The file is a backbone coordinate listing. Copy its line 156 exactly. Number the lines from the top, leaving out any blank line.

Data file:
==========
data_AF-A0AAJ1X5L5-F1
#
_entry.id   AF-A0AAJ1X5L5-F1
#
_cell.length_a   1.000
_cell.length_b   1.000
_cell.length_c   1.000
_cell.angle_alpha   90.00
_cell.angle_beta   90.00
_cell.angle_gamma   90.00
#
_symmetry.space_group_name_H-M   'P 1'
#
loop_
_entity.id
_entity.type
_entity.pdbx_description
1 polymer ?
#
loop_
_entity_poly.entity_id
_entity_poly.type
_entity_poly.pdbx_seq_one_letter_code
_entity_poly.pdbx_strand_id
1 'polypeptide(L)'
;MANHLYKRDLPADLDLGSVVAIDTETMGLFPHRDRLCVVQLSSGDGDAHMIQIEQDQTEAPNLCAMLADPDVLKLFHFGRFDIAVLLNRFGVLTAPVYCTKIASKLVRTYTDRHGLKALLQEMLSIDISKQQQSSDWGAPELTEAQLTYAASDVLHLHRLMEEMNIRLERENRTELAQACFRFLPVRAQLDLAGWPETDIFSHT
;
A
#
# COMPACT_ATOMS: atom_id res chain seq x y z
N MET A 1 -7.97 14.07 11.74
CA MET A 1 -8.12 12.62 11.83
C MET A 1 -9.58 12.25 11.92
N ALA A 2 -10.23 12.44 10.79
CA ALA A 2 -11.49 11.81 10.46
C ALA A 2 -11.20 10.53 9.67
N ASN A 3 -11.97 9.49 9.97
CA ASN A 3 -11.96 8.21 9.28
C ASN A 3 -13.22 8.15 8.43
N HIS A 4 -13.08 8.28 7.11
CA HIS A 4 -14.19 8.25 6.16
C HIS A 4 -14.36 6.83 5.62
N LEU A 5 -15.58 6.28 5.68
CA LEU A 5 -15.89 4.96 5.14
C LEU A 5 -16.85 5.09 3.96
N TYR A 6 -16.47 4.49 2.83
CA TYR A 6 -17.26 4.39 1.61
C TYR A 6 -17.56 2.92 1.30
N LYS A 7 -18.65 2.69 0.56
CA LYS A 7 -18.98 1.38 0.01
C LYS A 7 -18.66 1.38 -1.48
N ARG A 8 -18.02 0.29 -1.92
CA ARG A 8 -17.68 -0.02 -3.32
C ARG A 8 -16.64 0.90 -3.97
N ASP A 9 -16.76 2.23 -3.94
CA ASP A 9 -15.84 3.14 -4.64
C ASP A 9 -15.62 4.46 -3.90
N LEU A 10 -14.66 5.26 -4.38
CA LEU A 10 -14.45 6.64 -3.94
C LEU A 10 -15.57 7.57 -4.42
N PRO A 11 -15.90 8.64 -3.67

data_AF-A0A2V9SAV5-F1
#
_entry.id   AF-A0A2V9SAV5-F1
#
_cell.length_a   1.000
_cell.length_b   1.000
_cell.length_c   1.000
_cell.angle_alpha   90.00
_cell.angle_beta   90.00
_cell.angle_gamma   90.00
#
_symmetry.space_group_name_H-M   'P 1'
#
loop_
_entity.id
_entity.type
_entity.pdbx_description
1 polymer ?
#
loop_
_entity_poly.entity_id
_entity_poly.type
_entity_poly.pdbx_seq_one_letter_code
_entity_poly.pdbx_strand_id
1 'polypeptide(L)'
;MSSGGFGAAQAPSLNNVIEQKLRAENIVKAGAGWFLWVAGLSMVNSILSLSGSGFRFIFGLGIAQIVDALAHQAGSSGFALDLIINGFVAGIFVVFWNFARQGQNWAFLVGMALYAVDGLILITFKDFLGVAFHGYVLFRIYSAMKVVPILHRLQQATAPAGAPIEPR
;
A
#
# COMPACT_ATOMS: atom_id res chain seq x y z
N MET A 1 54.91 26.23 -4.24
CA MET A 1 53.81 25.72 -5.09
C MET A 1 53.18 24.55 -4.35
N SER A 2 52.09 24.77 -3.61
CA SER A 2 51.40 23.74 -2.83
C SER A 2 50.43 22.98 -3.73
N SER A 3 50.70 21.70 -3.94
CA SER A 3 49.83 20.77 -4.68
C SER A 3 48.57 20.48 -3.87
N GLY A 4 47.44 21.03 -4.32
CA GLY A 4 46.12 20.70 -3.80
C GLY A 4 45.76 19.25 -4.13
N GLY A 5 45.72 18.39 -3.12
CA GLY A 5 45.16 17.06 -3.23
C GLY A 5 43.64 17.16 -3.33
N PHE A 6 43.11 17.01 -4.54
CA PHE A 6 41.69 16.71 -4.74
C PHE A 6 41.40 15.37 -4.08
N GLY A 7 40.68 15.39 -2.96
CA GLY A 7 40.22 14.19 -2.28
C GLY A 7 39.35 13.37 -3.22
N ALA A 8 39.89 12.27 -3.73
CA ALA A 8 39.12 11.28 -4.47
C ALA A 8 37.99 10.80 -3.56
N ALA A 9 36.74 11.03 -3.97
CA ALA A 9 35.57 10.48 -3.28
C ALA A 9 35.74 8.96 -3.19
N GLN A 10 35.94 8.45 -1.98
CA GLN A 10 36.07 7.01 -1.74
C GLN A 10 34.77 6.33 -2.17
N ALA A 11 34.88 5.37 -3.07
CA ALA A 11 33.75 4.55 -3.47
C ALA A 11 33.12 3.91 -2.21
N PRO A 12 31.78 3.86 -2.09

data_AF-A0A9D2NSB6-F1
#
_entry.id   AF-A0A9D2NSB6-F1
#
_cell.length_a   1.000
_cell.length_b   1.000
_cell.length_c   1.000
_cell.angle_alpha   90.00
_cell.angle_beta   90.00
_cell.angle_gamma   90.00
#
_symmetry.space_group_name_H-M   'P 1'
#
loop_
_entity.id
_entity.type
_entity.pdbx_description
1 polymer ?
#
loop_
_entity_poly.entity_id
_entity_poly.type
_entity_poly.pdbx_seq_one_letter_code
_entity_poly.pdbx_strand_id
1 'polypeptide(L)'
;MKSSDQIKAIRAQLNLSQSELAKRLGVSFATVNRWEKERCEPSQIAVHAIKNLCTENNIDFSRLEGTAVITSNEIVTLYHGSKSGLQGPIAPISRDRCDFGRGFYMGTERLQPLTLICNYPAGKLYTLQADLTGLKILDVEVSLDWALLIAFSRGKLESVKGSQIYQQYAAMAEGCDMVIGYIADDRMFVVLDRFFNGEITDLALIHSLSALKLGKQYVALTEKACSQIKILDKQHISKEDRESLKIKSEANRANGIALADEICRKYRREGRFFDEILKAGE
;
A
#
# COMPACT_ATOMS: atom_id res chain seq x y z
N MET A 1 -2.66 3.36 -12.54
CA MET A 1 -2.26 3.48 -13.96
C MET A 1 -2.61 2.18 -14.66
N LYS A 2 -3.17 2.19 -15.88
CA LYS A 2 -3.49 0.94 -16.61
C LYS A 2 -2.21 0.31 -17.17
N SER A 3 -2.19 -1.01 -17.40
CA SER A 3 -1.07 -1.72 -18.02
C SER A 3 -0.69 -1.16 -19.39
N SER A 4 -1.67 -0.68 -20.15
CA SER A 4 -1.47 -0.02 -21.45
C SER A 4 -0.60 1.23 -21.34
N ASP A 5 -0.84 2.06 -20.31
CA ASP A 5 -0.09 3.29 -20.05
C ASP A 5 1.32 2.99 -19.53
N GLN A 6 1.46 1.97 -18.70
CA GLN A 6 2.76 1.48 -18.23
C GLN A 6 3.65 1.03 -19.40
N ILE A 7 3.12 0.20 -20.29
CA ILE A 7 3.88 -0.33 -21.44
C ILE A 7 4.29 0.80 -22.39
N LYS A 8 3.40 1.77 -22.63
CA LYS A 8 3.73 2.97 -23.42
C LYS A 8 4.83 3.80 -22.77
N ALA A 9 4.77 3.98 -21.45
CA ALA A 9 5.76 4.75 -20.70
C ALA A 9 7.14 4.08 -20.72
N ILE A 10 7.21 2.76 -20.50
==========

N MET A 1 -2.66 3.36 -12.54